OBJECTIVE: Pituitary tumour transforming gene (PTTG) is a recently identified protooncogene, ubiquitously expressed in pituitary tumours at levels higher than those detected in normal pituitary. Although the precise function of PTTG protein is unknown, in vitro experiments have shown that it induces angiogenesis. In this study, we have examined the potential relationship between the level of PTTG expression and tumour phenotype, tumour size, in vitro pituitary hormone secretion and release of vascular endothelial growth factor (VEGF), a potent angiogenic factor. METHODS: Pituitary tumours (12 somatotroph, five lactotroph, five corticotroph and 18 non-functioning) were studied by cell culture, measuring the basal secretion of anterior pituitary hormones and VEGF in vitro. Immunocytochemistry was used to confirm the clinical diagnosis and tumour phenotype. PTTG mRNA expression was investigated by comparative RT-PCR. Tumour Volume was quantitated from pre-operative MRI scans. RESULTS: PTTG expression was significantly increased 2.7-fold in somatotroph tumours compared with non-functioning adenomas (P<0.01, ANOVA). A positive correlation was demonstrated between PTTG expression and in vitro GH secretion (r=0.41, P<0.01, Spearman) but no correlations were found for any of the other pituitary hormones. In 16 out of 40 pituitary tumours, we were able to determine the in vitro secretion of VEGF and relate this to PTTG expression. All of the adenomas tested secreted measurable VEGF but there was no correlation between the amount of VEGF secreted and either the tumour phenotype or PTTG expression. Neither PTTG expression nor VEGF secretion correlated with tumour Volume. CONCLUSIONS: Our studies have confirmed the presence of PTTG in pituitary adenomas and demonstrated a higher level of expression in somatotroph tumours and a significant correlation with GH secretion. We failed to demonstrate a relationship between PTTG expression and production of the angiogenic factor, VEGF, or tumour Volume. Thus, although PTTG induces angiogenesis experimentally, it seems unlikely that a VEGF-mediated angiogenic mechanism occurs during pituitary tumour progression.
CW le Roux, PJ Jenkins, SL Chew, C Camacho-Hubner, AB Grossman, GM Besser and JP Monson
OBJECTIVE: Epidemiological studies have shown an increased risk for prostate carcinoma in men with serum IGF-I in the upper part of the age-related reference range. Recombinant human GH (rhGH) is widely used in patients with GH deficiency, usually raising the serum IGF-I levels into the normal range: safety surveillance is therefore mandatory, with particular regard to neoplasia. The aim was to examine whether rhGH replacement in hypopituitary adults is associated with changes in serum prostate-specific antigen (PSA) as a surrogate marker of changes in prostatic growth. DESIGN AND METHODS: A prospective longitudinal study was used with a median follow-up of 22 (range 2.5-32) months, in which 41 men aged over 50 years with adult onset hypopituitarism and GH deficiency during rhGH replacement were examined. Serum PSA and IGF-I were measured at baseline and at latest follow-up. RESULTS: Mean serum PSA remained unchanged during rhGH replacement, with a median follow-up of 2 years. No correlation was found between the individual changes in serum IGF-I and changes in serum PSA. CONCLUSIONS: These data are reassuring thus far regarding the safety of GH replacement in relation to the prostate in this patient group.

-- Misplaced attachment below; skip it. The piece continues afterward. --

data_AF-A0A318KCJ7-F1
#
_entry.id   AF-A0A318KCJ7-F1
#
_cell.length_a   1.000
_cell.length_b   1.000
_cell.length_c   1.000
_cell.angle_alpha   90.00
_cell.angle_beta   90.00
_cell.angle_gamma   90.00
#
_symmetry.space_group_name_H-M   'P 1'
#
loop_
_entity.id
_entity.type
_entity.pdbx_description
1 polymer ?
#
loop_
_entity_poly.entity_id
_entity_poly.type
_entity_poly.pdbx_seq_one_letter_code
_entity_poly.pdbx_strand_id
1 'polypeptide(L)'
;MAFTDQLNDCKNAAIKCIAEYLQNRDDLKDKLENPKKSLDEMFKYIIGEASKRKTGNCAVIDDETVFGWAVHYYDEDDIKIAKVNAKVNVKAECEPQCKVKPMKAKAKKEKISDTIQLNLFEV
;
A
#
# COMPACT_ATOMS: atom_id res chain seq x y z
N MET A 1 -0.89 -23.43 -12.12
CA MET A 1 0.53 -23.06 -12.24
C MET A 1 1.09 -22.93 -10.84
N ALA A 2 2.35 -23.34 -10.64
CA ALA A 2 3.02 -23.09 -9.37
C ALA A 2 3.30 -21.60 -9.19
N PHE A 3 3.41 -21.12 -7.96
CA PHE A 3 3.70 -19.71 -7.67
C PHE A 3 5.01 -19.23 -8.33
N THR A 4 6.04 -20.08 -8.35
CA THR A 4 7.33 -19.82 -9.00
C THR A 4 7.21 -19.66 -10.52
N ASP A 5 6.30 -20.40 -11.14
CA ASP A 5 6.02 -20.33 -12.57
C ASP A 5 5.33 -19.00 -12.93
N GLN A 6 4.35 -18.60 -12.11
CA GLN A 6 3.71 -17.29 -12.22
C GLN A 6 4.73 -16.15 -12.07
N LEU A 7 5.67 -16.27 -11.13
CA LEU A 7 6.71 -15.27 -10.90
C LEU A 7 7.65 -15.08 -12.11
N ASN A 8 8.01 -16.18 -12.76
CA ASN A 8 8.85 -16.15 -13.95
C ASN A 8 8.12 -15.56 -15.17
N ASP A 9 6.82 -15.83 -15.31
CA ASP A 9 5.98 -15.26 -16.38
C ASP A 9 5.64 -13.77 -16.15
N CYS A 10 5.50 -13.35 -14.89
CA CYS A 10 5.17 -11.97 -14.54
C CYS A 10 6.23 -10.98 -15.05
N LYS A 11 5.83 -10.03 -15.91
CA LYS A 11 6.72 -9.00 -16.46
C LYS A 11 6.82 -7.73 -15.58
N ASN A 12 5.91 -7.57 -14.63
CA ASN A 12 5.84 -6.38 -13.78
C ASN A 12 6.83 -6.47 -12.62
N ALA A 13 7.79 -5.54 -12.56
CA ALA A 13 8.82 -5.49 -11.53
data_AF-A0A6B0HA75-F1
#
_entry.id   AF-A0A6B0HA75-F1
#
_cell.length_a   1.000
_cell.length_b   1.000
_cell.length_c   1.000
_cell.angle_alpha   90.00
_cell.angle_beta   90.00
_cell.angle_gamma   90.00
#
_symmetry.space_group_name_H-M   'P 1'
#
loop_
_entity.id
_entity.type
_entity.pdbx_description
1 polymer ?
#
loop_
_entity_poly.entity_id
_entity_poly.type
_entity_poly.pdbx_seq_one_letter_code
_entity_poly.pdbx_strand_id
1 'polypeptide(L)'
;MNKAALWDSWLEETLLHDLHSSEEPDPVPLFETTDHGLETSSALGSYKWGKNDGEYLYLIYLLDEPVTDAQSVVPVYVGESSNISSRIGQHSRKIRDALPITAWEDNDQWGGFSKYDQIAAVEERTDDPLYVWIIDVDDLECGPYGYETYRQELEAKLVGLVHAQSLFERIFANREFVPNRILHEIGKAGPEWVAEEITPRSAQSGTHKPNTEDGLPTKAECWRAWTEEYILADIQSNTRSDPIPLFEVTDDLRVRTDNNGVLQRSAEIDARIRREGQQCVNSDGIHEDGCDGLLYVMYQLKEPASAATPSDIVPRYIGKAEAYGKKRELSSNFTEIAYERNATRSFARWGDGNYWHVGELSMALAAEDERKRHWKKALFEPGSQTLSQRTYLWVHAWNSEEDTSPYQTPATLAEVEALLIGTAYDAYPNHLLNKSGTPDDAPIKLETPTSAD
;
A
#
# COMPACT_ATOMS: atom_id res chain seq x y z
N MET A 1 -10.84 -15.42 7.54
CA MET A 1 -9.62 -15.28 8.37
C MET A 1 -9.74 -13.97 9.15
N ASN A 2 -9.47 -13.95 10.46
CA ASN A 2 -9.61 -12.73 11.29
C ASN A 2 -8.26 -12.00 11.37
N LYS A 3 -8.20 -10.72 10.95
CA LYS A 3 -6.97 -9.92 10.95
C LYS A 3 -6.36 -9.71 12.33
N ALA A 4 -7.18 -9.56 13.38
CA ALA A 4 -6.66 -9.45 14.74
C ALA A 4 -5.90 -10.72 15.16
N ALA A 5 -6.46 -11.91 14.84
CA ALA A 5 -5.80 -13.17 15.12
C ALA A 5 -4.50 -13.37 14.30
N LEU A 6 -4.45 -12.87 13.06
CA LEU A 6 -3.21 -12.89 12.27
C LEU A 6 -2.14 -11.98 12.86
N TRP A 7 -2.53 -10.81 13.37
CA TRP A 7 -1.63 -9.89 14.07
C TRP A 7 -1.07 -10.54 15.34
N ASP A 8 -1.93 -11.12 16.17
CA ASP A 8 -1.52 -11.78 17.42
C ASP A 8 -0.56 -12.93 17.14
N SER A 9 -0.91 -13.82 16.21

AG Rockall, SA Sohaib, D Evans, G Kaltsas, AM Isidori, JP Monson, GM Besser, AB Grossman and RH Reznek
OBJECTIVE: Our aims were to describe the abdominal fat distribution in male patients with Cushing's syndrome (CS) on computerised tomography (CT), to compare our findings with non-cushingoid patients, to validate previous reports of increased visceral fat in female patients with CS and to identify any correlations between fat distribution and biochemical findings. DESIGN: Retrospective and observational. PATIENTS: Appropriate CT scans were identified in 31 patients (seven male) with active CS. MEASUREMENTS: Total, visceral and subcutaneous fat areas were obtained. The percentage of visceral fat and the visceral to subcutaneous fat ratio (V:S ratio) were calculated. Biochemical data were recorded. Control data of fat distribution were obtained from the literature. RESULTS: There was a significant increase in the V:S ratio in male patients with CS when compared with non-cushingoid controls (1.175+/-0.59 vs 0.77+/-0.39, 95% confidence interval (CI) 0.0817-0.728). There was a significant increase in the V:S ratio in female patients with CS (0.845+/-0.53 vs 0.38+/-0.19, 95% CI 0.269-0.661). There was no difference in the V:S ratio between male and female patients with CS (1.175+/-0.59 vs 0.845+/-0.53, 95% CI -0.144-0.804). No significant correlations between fat distribution and glucose levels, circulating cortisol, ACTH or lipids were found. CONCLUSIONS: Our data demonstrate an increase in visceral fat distribution in both male and female patients with CS, with the abolition of the normal male to female difference in visceral fat. Increased visceral fat may increase the risk of the metabolic syndrome in this group of patients.
AG Rockall, SA Sohaib, D Evans, G Kaltsas, AM Isidori, JP Monson, GM Besser, AB Grossman and RH Reznek
OBJECTIVE: Hepatic steatosis may occur in association with insulin resistance and obesity, two features commonly seen in Cushing's syndrome (CS). The aim of this report is to assess the prevalence of hepatic steatosis in patients with active CS using computed tomography (CT) and to identify any associations between hepatic steatosis, endocrine and biochemical variables and body fat distribution. PATIENTS AND MEASUREMENTS: We identified 50 patients with active CS in whom appropriate CT was available to allow measurement of liver and spleen attenuation. In 26 patients, abdominal fat measurements were also available. Serum markers of CS and liver function tests were recorded. RESULTS: Ten of 50 patients had a liver-to-spleen CT attenuation ratio (L/S) of less than 1, indicating hepatic steatosis. There was a significant negative correlation between both liver attenuation and L/S ratio with total abdominal fat area, visceral fat area, the percentage of visceral fat and the visceral to subcutaneous fat ratio; the strongest negative correlation was found between visceral fat area and L/S ratio (r=-0.638, P<0.001, n=26). L/S ratio positively correlated with alkaline phosphatase levels (r=+0.423, P=0.044, n=23) but with no other serum marker of CS activity or liver enzyme. CONCLUSIONS: We have demonstrated hepatic steatosis on CT in 20% of patients with active CS. The presence of hepatic steatosis was significantly correlated with total abdominal fat area and visceral fat area.